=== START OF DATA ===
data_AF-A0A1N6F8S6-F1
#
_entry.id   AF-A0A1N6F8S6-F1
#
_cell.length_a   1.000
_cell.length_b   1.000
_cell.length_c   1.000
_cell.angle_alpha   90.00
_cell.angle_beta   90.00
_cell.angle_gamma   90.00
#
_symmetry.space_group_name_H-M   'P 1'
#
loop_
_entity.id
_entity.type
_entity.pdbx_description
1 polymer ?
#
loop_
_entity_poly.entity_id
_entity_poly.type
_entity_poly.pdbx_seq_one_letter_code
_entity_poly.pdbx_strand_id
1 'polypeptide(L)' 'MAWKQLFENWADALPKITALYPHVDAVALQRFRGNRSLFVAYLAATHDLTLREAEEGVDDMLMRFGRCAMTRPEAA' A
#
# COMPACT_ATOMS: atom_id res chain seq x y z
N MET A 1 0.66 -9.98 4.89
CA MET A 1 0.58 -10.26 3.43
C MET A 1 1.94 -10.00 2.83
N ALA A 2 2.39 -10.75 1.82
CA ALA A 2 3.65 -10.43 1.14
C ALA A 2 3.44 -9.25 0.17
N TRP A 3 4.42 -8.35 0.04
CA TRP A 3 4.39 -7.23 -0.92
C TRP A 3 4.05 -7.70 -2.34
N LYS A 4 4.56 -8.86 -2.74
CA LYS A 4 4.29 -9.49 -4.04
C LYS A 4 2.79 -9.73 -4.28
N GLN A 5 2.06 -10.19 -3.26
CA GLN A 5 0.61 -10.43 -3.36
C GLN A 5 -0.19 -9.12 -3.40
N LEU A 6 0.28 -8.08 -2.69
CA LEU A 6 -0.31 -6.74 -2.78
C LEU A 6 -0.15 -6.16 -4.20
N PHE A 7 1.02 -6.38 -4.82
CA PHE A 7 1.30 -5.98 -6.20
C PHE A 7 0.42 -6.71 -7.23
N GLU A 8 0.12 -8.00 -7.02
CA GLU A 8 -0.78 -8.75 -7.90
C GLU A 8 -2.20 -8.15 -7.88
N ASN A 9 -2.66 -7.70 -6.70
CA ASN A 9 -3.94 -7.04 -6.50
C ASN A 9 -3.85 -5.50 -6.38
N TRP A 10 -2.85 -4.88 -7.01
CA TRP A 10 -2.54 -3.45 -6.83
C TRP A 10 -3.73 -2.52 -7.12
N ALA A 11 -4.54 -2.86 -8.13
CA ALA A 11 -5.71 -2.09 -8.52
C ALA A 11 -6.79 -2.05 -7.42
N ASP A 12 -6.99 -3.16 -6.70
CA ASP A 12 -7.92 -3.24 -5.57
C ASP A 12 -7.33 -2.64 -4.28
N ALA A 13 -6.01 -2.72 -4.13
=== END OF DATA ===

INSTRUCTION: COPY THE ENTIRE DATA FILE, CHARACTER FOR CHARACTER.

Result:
data_AF-A0A1N6F8S6-F1
#
_entry.id   AF-A0A1N6F8S6-F1
#
_cell.length_a   1.000
_cell.length_b   1.000
_cell.length_c   1.000
_cell.angle_alpha   90.00
_cell.angle_beta   90.00
_cell.angle_gamma   90.00
#
_symmetry.space_group_name_H-M   'P 1'
#
loop_
_entity.id
_entity.type
_entity.pdbx_description
1 polymer ?
#
loop_
_entity_poly.entity_id
_entity_poly.type
_entity_poly.pdbx_seq_one_letter_code
_entity_poly.pdbx_strand_id
1 'polypeptide(L)' 'MAWKQLFENWADALPKITALYPHVDAVALQRFRGNRSLFVAYLAATHDLTLREAEEGVDDMLMRFGRCAMTRPEAA' A
#
# COMPACT_ATOMS: atom_id res chain seq x y z
N MET A 1 0.66 -9.98 4.89
CA MET A 1 0.58 -10.26 3.43
C MET A 1 1.94 -10.00 2.83
N ALA A 2 2.39 -10.75 1.82
CA ALA A 2 3.65 -10.43 1.14
C ALA A 2 3.44 -9.25 0.17
N TRP A 3 4.42 -8.35 0.04
CA TRP A 3 4.39 -7.23 -0.92
C TRP A 3 4.05 -7.70 -2.34
N LYS A 4 4.56 -8.86 -2.74
CA LYS A 4 4.29 -9.49 -4.04
C LYS A 4 2.79 -9.73 -4.28
N GLN A 5 2.06 -10.19 -3.26
CA GLN A 5 0.61 -10.43 -3.36
C GLN A 5 -0.19 -9.12 -3.40
N LEU A 6 0.28 -8.08 -2.69
CA LEU A 6 -0.31 -6.74 -2.78
C LEU A 6 -0.15 -6.16 -4.20
N PHE A 7 1.02 -6.38 -4.82
CA PHE A 7 1.30 -5.98 -6.20
C PHE A 7 0.42 -6.71 -7.23
N GLU A 8 0.12 -8.00 -7.02
CA GLU A 8 -0.78 -8.75 -7.90
C GLU A 8 -2.20 -8.15 -7.88
N ASN A 9 -2.66 -7.70 -6.70
CA ASN A 9 -3.94 -7.04 -6.50
C ASN A 9 -3.85 -5.50 -6.38
N TRP A 10 -2.85 -4.88 -7.01
CA TRP A 10 -2.54 -3.45 -6.83
C TRP A 10 -3.73 -2.52 -7.12
N ALA A 11 -4.54 -2.86 -8.13
CA ALA A 11 -5.71 -2.09 -8.52
C ALA A 11 -6.79 -2.05 -7.42
N ASP A 12 -6.99 -3.16 -6.70
CA ASP A 12 -7.92 -3.24 -5.57
C ASP A 12 -7.33 -2.64 -4.28
N ALA A 13 -6.01 -2.72 -4.13